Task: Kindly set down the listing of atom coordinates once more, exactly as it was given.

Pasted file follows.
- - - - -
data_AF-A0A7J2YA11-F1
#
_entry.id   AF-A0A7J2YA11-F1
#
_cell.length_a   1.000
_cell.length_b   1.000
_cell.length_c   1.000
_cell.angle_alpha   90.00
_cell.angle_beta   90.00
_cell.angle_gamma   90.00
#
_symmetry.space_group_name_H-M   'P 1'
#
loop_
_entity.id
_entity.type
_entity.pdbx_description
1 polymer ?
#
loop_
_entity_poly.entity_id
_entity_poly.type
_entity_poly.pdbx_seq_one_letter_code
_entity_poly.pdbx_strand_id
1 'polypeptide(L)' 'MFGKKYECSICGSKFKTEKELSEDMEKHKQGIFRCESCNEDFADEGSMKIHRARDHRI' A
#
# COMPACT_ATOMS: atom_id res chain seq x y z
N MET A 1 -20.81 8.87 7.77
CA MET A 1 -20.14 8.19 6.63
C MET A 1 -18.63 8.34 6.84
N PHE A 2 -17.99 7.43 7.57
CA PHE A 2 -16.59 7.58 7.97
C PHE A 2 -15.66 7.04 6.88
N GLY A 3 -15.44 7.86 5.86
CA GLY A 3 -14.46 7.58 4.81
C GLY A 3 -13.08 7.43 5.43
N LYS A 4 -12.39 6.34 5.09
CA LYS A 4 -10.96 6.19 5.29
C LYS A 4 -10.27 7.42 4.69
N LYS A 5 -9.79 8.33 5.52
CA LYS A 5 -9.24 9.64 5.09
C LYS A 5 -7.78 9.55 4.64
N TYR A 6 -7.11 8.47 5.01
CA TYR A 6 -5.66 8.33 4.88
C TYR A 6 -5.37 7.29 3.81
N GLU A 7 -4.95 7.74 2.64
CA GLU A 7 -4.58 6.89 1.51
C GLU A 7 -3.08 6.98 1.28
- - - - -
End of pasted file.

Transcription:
data_AF-A0A7J2YA11-F1
#
_entry.id   AF-A0A7J2YA11-F1
#
_cell.length_a   1.000
_cell.length_b   1.000
_cell.length_c   1.000
_cell.angle_alpha   90.00
_cell.angle_beta   90.00
_cell.angle_gamma   90.00
#
_symmetry.space_group_name_H-M   'P 1'
#
loop_
_entity.id
_entity.type
_entity.pdbx_description
1 polymer ?
#
loop_
_entity_poly.entity_id
_entity_poly.type
_entity_poly.pdbx_seq_one_letter_code
_entity_poly.pdbx_strand_id
1 'polypeptide(L)' 'MFGKKYECSICGSKFKTEKELSEDMEKHKQGIFRCESCNEDFADEGSMKIHRARDHRI' A
#
# COMPACT_ATOMS: atom_id res chain seq x y z
N MET A 1 -20.81 8.87 7.77
CA MET A 1 -20.14 8.19 6.63
C MET A 1 -18.63 8.34 6.84
N PHE A 2 -17.99 7.43 7.57
CA PHE A 2 -16.59 7.58 7.97
C PHE A 2 -15.66 7.04 6.88
N GLY A 3 -15.44 7.86 5.86
CA GLY A 3 -14.46 7.58 4.81
C GLY A 3 -13.08 7.43 5.43
N LYS A 4 -12.39 6.34 5.09
CA LYS A 4 -10.96 6.19 5.29
C LYS A 4 -10.27 7.42 4.69
N LYS A 5 -9.79 8.33 5.52
CA LYS A 5 -9.24 9.64 5.09
C LYS A 5 -7.78 9.55 4.64
N TYR A 6 -7.11 8.47 5.01
CA TYR A 6 -5.66 8.33 4.88
C TYR A 6 -5.37 7.29 3.81
N GLU A 7 -4.95 7.74 2.64
CA GLU A 7 -4.58 6.89 1.51
C GLU A 7 -3.08 6.98 1.28